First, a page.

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OECD Factbook 2008

Economic, Environmental and Social Statistics

image of OECD Factbook 2008
OECD Factbook 2008 is the fourth edition of a comprehensive and dynamic statistical annual from the OECD. More than 100 indicators cover a wide range of areas: economy, agriculture, education, energy, environment, foreign aid, health and quality of life, industry, information and communications, population/labour force, trade and investment, taxation, public expenditure and R&D. This year, the OECD Factbook features a focus chapter on productivity. Data are provided for all OECD member countries with area totals, and in some cases, for selected non-member economies. For each indicator, there is a two-page spread. A text page includes a short introduction followed by a detailed definition of the indicator, comments on comparability of the data, an assessment of long-term trends related to the indicator, and a list of references for further information on the indicator. The next page contains a table and a graph providing - at a glance - the key message conveyed by the data. A dynamic link (StatLink) is provided for each table directing the user to a web page where the corresponding data are available in Excel® format.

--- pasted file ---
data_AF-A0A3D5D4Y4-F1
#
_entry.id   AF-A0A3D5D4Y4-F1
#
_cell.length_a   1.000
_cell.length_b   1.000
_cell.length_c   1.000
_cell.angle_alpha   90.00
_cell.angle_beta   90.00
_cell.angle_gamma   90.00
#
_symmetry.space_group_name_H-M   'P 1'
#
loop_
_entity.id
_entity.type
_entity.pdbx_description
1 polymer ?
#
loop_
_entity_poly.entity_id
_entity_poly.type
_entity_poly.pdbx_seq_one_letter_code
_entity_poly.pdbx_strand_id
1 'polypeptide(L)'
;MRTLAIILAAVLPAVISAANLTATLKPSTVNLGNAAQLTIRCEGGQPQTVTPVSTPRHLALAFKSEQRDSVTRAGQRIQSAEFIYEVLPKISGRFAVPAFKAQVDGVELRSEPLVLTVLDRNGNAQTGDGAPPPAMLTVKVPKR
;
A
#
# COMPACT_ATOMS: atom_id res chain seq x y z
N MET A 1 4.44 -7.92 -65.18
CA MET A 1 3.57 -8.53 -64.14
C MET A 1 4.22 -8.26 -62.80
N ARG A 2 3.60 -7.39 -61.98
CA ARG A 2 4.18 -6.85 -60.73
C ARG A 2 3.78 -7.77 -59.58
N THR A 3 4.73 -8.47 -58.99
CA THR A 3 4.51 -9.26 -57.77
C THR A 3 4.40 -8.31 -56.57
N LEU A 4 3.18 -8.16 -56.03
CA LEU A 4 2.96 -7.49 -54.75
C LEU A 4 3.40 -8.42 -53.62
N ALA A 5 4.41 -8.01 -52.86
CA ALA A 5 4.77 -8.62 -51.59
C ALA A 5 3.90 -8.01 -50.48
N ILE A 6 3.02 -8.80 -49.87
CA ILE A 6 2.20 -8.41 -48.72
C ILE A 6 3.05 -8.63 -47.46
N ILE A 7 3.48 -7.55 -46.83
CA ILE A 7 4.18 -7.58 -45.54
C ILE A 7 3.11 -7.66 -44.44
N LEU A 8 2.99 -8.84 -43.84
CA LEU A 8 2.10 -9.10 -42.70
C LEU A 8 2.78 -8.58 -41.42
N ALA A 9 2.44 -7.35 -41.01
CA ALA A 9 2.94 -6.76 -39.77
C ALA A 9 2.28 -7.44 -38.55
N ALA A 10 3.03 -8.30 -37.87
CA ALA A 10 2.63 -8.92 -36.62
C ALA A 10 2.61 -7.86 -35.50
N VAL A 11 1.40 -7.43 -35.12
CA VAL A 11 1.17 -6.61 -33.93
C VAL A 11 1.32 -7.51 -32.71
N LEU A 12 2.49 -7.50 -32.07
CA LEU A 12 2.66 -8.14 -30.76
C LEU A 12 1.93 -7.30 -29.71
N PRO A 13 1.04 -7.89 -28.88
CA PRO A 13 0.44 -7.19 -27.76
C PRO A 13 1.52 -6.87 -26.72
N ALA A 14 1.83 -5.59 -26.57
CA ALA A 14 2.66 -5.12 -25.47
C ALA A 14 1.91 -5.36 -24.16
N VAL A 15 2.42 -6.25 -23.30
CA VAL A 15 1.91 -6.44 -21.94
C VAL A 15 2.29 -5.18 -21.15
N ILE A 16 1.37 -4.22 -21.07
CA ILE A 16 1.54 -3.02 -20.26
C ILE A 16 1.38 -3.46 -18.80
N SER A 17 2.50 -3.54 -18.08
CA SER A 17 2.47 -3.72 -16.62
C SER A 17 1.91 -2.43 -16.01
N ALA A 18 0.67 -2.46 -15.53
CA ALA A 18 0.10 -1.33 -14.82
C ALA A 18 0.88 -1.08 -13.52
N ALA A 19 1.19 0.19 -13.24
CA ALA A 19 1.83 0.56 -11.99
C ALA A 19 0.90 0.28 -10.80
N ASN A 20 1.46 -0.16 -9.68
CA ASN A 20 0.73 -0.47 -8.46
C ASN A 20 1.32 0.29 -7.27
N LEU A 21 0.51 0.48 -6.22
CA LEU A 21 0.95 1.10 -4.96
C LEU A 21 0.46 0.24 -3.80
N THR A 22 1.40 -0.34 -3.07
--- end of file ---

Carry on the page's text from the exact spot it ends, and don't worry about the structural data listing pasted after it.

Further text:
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Multi-factor productivity

Growth accounting typically involves breaking down the growth of gross domestic product (GDP) into three components – the contribution of labour, the contribution of capital and multi-factor productivity (MFP). MFP is the change in GDP that cannot be explained by changes in the quantities of capital and labour that are made available to generate GDP. MFP is sometimes described as disembodied technological progress, because it is the increase in GDP that is not embodied in the amounts of either labour or capital. MFP growth comes from more efficient use of labour and capital inputs, for example through improvements in the management of production processes, organisational change or more generally, innovation. Growth in MFP is a significant factor in explaining the long-term growth of real GDP.

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